At Yale, these officials presumably include residential college deans and masters, deans of the professional schools and the graduate school, student affairs officers, and the sexual harassment grievance boards. However, until now, Yale has not asked these officials to report their statistics to the university, which means it has effectively collected data only from the police. According to Caroline Hendel ’83, an associate general counsel at Yale, the university police and secretary’s offices jointly sent out Clery Act memos in September 2002 asking college deans and masters, graduate and professional school deans, and student affairs officers to encourage students to report crimes and suspected crimes to the Yale police. But the memos didn’t ask these officials to submit statistics to the university for the crimes they knew about. No Clery Act memos went out in fall 2003, Hendel says, because Yale’s workers were on strike.
This approach to collecting the numbers may help to explain why Yale has been reporting fewer sex offenses than any other school in the Ivy League. Between 2000 and 2002, Yale reported 5 such crimes. Stanford reported 11, Princeton 29, Brown 28, and Harvard 80.
To students trying to raise awareness on campus, the tiny number of assaults that Yale reports is maddening. “The dominant attitude is that rape doesn’t happen here. And Yale University reports support that feeling,” wrote Della Sentilles ’06 in the Yale Daily News last winter. “Yale statistics seem misleading and Yale students are inadequately informed.”
Harvard reports many more sex offenses than other schools; it also casts a broad net for Clery Act data. The university requests statistics from police, rape counselors, and faculty and staff who oversee the residential colleges, among others. “We do a very rigorous job of making sure that all the incidents that come to any person with authority at Harvard get reported,” says Susan Marine. “Obviously, we’re not doing anything deliberate to make our numbers high. It’s not a positive, from the university’s point of view, except in the sense that we think it means that more people are getting help.” Hendel and Linda Lorimer argue that Harvard and others may have large numbers because they double-counted or included incidents not required by the Clery Act.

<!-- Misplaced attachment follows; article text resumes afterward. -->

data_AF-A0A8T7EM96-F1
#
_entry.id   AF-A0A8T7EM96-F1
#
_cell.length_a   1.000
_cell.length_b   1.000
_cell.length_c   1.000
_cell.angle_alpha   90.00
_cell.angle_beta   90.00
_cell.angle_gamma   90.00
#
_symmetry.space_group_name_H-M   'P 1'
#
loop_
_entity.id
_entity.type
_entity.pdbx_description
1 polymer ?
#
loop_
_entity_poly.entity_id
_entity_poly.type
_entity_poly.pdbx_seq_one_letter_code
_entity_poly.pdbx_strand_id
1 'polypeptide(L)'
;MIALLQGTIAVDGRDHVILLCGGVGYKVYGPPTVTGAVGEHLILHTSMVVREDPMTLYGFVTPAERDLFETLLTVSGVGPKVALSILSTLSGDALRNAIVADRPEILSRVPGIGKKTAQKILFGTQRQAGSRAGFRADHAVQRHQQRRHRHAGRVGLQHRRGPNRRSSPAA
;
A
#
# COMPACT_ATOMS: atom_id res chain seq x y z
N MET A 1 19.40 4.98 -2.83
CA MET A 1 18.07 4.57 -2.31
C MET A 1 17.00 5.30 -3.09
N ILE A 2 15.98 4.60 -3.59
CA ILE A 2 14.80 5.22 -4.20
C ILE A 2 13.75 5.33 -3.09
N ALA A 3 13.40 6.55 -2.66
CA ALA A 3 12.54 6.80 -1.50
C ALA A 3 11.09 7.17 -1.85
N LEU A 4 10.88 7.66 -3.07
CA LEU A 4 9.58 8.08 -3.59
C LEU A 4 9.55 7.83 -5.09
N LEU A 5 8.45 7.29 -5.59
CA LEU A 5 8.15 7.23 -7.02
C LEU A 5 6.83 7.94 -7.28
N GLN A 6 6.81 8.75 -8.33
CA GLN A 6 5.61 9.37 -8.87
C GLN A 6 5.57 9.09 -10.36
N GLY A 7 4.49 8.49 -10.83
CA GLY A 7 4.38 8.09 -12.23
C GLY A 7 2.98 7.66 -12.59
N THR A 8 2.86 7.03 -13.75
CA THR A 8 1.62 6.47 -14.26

At Yale, the assault on Debra Gibbs is not included in the Clery Act numbers: Gibbs did not report it to the police, and neither Quimby nor the grievance board members knew that the university was collecting assault statistics. The same is true of an attempted assault a 20-year-old Davenport sophomore reported to Quimby last October, in which a drunk classmate knocked on her door on a Friday night, pushed his way in, pinned her on the bed, and started kissing and groping her. The assault ended when a friend of the sophomore walked in with her boyfriend.
When asked about Yale’s interpretation of the Clery Act, the secretary’s and general counsel’s offices began a review. “We have looked carefully at this issue and have focused attention on ways we can improve our information collection and ensure that we have accurate reports under the Clery Act,” Lorimer says. At the end of May, the secretary’s office sent an updated memo to a larger list of officials. In the context of crime reporting, the memo asks for “collection of data concerning some disciplinary referrals.” It explains that Yale will screen for double counting. The memo will go out twice a year.